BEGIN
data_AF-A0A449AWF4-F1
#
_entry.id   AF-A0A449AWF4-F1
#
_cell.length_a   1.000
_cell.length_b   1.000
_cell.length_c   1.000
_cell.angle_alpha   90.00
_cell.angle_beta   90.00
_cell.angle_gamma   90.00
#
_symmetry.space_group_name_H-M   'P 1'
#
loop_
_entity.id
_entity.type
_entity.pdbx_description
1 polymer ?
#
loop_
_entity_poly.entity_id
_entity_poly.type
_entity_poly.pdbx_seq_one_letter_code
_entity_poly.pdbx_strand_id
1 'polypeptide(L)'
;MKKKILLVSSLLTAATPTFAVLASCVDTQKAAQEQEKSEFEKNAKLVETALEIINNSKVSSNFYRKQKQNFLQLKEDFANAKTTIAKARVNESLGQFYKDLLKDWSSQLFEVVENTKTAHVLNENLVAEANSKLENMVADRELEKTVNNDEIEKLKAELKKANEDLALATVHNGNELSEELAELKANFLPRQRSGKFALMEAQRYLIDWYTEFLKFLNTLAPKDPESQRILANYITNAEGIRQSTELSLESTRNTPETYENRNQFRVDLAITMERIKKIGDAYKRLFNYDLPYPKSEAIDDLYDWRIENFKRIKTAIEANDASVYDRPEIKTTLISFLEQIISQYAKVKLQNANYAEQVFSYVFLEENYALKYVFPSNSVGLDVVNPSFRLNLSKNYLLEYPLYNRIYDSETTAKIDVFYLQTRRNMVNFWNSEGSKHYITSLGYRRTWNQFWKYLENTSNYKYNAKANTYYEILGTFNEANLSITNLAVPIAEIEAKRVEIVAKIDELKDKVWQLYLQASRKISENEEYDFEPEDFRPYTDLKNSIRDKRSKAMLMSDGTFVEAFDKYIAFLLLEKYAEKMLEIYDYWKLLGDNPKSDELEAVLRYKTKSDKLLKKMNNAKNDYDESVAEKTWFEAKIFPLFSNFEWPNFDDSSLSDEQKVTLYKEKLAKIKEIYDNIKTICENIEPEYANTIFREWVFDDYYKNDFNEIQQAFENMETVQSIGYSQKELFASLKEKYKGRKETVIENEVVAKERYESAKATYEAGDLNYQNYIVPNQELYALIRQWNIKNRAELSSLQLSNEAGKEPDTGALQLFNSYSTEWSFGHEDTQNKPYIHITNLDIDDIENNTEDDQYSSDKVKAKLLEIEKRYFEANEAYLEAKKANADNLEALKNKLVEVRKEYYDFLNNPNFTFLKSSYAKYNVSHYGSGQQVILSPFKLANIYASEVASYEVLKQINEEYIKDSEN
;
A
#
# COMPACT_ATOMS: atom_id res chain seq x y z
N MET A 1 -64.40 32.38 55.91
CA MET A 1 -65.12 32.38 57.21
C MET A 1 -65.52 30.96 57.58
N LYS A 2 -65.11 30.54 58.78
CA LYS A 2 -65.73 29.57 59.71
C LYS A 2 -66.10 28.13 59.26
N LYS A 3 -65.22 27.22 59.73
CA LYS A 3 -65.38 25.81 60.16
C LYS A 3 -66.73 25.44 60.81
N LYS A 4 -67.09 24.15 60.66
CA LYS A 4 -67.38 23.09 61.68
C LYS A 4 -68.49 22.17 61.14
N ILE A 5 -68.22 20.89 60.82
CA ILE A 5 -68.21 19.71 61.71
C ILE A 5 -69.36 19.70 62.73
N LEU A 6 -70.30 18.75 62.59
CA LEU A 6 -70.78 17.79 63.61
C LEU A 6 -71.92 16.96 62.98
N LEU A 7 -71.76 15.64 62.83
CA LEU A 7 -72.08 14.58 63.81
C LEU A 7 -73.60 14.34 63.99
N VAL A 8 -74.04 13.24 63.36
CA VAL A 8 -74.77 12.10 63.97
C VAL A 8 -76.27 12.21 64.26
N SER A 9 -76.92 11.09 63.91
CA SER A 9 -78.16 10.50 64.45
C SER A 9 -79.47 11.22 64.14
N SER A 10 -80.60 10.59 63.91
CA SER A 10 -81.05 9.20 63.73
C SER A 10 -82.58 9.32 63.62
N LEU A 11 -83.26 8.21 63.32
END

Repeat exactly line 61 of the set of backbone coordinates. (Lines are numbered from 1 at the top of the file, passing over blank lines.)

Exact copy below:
N LEU A 11 -83.26 8.21 63.32